Article published in ZARCH. Journal of Interdisciplinary Studies in Architecture and Urbanism (ISSN 2341-0531), 10 (1), pp. 114-125.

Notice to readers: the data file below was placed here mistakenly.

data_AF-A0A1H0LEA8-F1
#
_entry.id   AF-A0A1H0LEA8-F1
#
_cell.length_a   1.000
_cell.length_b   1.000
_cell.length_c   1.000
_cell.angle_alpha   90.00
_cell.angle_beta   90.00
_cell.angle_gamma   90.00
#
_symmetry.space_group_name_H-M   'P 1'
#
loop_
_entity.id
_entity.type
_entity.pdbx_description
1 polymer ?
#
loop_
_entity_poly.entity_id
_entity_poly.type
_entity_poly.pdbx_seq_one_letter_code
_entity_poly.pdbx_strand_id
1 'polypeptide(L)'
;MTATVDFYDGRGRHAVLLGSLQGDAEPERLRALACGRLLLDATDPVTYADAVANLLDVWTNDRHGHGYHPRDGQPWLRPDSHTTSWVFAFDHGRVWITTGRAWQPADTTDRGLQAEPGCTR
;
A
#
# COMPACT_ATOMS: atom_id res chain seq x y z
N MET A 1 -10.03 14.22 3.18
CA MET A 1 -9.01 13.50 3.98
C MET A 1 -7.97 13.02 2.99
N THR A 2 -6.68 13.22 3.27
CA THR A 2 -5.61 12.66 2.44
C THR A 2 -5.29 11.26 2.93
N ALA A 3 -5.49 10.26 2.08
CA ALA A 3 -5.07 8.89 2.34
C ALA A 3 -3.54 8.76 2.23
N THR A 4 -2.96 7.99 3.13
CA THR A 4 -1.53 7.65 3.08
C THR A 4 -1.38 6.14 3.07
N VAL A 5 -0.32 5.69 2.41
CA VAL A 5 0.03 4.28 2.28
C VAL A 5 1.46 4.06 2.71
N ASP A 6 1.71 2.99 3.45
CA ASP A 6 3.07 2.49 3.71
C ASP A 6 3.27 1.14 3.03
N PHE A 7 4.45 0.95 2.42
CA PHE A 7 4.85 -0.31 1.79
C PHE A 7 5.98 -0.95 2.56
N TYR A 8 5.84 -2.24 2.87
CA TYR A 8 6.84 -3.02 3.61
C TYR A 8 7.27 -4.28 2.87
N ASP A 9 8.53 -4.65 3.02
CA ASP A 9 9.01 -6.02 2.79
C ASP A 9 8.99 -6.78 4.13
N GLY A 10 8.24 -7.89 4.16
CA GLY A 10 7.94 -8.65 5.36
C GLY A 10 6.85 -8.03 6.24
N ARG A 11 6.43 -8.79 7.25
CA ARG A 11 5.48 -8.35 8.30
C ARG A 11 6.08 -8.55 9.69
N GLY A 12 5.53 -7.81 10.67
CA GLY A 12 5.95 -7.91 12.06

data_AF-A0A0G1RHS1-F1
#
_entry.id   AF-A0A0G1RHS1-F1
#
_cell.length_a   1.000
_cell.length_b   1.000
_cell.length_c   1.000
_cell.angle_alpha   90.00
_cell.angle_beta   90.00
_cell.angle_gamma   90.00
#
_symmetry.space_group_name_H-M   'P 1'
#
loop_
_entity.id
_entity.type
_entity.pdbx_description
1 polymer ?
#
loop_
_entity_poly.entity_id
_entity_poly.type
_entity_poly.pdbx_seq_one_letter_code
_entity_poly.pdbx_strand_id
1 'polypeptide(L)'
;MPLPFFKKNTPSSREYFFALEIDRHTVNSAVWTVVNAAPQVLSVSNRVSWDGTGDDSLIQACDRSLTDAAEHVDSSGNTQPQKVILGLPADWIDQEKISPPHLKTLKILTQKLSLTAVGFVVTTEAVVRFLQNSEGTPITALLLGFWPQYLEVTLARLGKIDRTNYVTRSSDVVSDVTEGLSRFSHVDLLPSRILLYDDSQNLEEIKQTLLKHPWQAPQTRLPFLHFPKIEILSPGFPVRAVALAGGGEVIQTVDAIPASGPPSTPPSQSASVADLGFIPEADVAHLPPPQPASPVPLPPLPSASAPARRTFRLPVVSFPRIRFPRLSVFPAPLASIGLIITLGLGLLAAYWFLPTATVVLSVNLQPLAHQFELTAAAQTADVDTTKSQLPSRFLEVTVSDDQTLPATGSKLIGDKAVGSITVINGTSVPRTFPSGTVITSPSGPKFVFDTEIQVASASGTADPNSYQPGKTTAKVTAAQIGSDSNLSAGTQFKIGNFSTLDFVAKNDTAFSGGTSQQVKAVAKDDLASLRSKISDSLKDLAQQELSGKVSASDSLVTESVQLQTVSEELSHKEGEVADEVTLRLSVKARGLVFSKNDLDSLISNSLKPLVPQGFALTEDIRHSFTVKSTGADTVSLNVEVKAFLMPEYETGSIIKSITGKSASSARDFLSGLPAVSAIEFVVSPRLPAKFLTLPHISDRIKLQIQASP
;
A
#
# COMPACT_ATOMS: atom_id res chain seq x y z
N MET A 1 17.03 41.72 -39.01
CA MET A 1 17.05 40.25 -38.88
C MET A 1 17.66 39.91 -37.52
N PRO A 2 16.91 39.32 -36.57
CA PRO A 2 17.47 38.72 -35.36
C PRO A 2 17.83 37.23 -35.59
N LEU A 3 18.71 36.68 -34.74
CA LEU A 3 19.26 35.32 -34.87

Paul Rudolph worked at the Southeastern Massachusetts Technological Institute from 1963 to 1991. Despite not being one of his most popular designs at that time, recent publications have revalued this work by evidencing the coherence between thought and design in a case of large-scale construction. This new campus allowed Rudolph to conceive an ‘open work’ that ranged from its urban planning to its construction. Other new universities addressed this way of proceeding, but Rudolph was a pioneer in his land in the approach of a design system based on a unique strategy. Thanks to documentary sources of earlier research, this work graphically reconstructs the Arts and Humanities building, the first group to be built and considered the germ of the project. The compositional pattern and the use of a prefabricated concrete block are revealed as basic tools which allow the design flexibility. In the Southeastern Massachusetts Technological Institute, Rudolph focused his attention on the design process under the belief that it would become a product itself, thus joining the ideology of the third-generation architects.